When I met Paulo Bacigalupi in the atrium of the hotel, I had been chatting with Rhonda Eudaly and Bill Ledbetter. The subject of the pronunciation of his name immediately came up, and Paulo - apparently after many years of experience - instantly began to explain it. I cut him off. "Hey, I know how to pronounce Ba-cha-ga-loop!* He gave a big smile.
I reminded him that in one part of Italy it's so common it's actually considered a generic name. "Yeah, I've heard it's like a joke name!" he said.
I said, "it's like Boudreaux in Cajun Country."
Being Italian-American, I suppose I never gauged how hard it is for other people to pronounce his name, but honest to god, that afternoon someone came up to me in the dealers' room and said, "Hey, Lou, I heard you know how to pronounce Paulo's name!"
As the panel on Secret History that met at mid-day Sunday was breaking up, I waved a mass market paperback copy of Steven Brust's "The Paths of the Dead" at him - and the audience. I said that while I don't read high fantasy, I bought the book Thursday in the Dollar General store on Jefferson St. in Mount Pleasant. I had stopped to pick up some groceries on the way home from work, and while standing in line, I caught sight of the paperback spin rack - and Steve's book was sitting there.
Well heck, I thought, that must be a sign - so I bought it. I told Steve "you know you are a best-selling author when you're on the spin rack in the Dollar General in Mount Pleasant, Texas! That means your books are sold EVERYWHERE"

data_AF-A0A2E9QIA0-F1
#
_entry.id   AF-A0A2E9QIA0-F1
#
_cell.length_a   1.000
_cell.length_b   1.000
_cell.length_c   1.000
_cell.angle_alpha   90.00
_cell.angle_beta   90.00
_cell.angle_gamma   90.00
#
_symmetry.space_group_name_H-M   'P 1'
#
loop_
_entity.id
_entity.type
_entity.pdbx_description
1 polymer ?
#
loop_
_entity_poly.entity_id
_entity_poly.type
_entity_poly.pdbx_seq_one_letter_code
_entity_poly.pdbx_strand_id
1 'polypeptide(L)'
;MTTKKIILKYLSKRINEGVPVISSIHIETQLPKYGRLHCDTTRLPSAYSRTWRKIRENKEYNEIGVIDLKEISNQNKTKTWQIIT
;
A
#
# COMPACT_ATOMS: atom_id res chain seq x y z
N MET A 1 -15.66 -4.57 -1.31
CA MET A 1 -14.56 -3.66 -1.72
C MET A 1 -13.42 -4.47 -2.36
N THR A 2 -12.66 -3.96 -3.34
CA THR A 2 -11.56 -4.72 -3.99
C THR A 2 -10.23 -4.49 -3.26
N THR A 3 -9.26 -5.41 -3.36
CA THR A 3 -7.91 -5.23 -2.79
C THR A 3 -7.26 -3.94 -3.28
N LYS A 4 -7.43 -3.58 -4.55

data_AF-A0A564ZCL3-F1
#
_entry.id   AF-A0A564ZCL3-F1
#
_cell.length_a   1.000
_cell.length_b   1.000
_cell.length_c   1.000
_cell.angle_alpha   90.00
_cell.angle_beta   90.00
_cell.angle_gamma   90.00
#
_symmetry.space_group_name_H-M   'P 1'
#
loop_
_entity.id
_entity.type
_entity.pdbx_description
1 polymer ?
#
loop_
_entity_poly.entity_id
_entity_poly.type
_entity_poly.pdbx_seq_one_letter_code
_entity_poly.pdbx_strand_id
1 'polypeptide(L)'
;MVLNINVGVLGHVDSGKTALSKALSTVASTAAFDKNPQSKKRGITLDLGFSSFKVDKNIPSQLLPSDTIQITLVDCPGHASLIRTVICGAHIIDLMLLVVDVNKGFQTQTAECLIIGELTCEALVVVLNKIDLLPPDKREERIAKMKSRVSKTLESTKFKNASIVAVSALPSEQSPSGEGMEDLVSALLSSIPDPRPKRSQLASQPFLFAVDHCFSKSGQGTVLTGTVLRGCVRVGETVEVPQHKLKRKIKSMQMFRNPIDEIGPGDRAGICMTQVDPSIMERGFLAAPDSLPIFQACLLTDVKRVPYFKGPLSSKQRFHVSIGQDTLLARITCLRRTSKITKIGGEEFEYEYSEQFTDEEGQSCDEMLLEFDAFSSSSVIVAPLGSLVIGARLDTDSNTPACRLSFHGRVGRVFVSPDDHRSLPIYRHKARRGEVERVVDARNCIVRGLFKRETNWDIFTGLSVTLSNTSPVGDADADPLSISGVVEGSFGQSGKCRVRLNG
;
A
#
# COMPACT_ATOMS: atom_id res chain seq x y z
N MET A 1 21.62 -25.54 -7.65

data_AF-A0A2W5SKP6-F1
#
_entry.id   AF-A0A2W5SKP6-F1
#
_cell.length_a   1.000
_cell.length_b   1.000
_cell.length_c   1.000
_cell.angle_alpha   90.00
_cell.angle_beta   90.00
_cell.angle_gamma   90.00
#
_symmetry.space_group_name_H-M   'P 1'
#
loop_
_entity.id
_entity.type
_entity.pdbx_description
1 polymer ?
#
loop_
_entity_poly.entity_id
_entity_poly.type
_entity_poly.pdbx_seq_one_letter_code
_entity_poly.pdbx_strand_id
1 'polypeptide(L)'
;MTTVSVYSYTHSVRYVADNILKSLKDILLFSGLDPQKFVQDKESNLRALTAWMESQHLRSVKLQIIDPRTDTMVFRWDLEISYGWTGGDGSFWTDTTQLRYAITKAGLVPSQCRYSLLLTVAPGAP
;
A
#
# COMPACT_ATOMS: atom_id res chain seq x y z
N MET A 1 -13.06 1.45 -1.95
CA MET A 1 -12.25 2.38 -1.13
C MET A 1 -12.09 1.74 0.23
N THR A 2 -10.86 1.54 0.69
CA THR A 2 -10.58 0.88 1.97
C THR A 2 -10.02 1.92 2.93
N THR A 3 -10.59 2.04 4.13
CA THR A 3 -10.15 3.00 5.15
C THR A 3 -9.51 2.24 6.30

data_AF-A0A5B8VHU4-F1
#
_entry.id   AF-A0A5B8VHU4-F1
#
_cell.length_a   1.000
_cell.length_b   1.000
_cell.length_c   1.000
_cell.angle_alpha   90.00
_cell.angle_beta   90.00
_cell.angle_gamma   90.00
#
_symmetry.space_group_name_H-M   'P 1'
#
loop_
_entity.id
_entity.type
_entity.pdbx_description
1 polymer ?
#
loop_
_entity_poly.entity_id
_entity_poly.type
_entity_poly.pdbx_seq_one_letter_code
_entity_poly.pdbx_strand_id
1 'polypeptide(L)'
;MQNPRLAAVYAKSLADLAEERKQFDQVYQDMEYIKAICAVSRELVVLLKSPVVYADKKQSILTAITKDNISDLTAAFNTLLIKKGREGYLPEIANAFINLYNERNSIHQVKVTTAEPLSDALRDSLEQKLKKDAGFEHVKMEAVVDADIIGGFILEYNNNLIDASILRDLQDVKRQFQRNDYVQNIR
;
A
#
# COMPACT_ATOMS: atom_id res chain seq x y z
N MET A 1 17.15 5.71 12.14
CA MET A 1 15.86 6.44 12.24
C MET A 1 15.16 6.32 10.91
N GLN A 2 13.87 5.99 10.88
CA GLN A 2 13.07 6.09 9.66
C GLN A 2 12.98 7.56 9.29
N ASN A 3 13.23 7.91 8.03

I think he really got a kick out of that! I asked him to sign the book, too, and he did, with a big smile.
Well, unless I think of something else, I think that's it for my ArmadilloCon observations. As you can probably tell, I had a pretty good time.
* In most polysyllabic Italian names - such as both Bacigalupi and Antonelli - the emphasis is on the second syllable. Therefore Paulo's name is pronounced Ba CHA ga loop just like my name is pronounced An TON el li.
Baciagalupi is often spelled with an "a" in that second syllable. A variant pronunciation acts like that "a" is always there, and also uses the "i" at the end as a very weak vowel. That pronouncation would be Ba chee-a ga loop-a. Italians tend to really stifle vowels at the end of words - and in Italian every word ends in a vowel - which is why the typical imitation of an Italian accent has a weak "uh" sound at the end of every word, "I'ma gonna knocka you brainsa out!"